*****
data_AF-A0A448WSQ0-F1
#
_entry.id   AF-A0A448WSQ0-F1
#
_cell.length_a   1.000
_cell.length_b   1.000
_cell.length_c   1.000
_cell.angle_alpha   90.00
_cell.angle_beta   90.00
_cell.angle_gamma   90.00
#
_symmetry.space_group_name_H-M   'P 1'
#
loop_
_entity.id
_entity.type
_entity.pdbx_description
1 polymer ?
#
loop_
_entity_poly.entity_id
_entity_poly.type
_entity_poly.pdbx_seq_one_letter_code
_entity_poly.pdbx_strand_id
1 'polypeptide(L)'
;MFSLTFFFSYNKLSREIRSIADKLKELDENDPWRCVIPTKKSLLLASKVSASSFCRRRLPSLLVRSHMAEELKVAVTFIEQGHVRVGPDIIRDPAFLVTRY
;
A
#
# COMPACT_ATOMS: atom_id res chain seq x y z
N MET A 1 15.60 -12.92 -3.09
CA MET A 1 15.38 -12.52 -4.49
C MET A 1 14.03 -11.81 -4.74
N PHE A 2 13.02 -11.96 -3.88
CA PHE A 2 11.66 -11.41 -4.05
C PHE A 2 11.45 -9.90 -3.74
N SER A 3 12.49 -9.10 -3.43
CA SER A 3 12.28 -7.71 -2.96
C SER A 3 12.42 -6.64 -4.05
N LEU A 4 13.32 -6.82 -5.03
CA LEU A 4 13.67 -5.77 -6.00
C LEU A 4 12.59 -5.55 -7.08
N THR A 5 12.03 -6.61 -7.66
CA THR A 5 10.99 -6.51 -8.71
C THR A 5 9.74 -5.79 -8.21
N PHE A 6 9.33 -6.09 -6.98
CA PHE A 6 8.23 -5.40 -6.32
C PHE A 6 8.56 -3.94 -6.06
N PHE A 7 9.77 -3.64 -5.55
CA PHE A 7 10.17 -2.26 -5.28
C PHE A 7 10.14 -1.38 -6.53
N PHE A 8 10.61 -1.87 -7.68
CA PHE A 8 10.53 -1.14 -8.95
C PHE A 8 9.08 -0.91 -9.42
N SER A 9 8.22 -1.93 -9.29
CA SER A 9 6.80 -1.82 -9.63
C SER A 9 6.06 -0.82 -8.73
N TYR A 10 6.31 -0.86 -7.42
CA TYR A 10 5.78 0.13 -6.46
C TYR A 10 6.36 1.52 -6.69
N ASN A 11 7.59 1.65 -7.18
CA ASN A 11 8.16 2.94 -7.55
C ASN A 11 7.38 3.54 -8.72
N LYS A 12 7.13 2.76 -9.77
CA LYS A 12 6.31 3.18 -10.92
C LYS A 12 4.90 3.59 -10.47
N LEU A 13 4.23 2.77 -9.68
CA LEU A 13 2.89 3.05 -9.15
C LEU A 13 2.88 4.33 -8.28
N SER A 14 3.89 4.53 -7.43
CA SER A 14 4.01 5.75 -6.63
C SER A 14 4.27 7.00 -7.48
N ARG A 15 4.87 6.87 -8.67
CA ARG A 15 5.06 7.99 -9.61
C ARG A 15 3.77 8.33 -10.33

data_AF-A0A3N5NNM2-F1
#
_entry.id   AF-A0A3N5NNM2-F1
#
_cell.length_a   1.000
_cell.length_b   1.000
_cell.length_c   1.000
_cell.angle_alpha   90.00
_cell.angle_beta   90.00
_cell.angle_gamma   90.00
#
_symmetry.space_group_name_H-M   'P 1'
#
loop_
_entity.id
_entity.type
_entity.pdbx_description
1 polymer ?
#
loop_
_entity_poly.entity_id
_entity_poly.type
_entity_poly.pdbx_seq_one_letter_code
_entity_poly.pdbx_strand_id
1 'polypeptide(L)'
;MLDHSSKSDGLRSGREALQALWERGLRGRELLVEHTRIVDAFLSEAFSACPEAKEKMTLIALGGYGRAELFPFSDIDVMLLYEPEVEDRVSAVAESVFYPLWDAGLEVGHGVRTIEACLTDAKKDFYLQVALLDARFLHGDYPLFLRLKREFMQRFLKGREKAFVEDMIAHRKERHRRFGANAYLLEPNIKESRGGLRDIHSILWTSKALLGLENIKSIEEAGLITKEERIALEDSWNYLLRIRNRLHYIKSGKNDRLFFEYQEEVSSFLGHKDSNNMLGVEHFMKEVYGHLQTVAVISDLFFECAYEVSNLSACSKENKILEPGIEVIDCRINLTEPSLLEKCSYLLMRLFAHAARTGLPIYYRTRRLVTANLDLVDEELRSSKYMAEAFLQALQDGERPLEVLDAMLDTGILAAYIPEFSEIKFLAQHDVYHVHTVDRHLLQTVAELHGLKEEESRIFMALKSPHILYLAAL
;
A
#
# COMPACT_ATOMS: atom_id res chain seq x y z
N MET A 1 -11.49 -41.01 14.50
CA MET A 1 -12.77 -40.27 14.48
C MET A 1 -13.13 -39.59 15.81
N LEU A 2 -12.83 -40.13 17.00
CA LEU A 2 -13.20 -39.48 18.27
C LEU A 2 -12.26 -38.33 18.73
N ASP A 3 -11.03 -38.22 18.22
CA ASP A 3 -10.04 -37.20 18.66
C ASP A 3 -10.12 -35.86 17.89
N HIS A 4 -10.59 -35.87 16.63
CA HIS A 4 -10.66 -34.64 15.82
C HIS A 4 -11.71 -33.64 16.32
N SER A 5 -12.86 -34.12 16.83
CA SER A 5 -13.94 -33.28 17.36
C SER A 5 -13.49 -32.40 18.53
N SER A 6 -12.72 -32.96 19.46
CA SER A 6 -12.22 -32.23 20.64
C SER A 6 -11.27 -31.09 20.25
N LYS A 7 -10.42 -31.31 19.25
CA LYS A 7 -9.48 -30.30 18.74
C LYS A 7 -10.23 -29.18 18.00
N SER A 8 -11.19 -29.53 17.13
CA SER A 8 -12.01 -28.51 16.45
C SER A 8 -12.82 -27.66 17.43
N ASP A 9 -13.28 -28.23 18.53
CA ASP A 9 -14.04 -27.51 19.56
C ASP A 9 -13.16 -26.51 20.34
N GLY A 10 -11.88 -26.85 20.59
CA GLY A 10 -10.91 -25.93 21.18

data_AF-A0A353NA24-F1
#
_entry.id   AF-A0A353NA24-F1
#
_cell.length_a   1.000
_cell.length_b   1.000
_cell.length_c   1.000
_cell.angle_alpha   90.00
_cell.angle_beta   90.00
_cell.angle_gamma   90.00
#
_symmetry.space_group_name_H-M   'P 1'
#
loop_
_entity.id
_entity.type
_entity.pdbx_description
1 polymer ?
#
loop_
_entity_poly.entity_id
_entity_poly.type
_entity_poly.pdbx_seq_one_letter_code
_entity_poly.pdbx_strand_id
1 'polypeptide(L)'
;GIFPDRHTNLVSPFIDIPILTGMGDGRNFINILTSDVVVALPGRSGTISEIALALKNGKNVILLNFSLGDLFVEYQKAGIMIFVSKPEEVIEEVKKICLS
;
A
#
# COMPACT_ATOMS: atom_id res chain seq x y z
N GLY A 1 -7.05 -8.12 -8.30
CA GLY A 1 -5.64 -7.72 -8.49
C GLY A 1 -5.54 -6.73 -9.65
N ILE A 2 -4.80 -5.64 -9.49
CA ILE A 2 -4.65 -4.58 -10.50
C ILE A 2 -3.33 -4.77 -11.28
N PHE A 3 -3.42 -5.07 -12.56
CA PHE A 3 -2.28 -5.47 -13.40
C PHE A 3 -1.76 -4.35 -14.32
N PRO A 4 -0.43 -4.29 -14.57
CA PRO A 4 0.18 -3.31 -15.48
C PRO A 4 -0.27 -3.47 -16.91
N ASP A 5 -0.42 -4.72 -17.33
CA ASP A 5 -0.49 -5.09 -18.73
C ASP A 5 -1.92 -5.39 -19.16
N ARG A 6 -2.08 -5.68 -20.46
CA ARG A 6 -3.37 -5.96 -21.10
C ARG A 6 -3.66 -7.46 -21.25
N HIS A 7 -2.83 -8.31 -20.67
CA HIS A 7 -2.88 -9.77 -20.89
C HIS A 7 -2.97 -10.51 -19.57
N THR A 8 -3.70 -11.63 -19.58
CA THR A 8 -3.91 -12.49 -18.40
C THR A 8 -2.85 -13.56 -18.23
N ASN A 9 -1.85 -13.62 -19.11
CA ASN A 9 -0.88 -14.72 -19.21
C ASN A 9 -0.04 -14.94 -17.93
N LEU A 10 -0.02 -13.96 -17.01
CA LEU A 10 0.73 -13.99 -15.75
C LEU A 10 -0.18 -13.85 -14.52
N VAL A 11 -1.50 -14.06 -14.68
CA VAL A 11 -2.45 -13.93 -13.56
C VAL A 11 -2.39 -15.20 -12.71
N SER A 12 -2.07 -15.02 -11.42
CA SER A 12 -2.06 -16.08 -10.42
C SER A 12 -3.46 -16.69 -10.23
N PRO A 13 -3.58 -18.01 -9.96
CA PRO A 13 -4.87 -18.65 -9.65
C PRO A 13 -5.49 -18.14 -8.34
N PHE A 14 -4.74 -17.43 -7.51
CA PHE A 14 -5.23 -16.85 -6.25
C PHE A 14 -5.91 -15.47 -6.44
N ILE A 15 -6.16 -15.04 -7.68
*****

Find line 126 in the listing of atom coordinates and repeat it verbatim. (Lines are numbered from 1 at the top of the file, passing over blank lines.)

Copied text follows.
C LYS A 7 -10.23 -29.18 18.00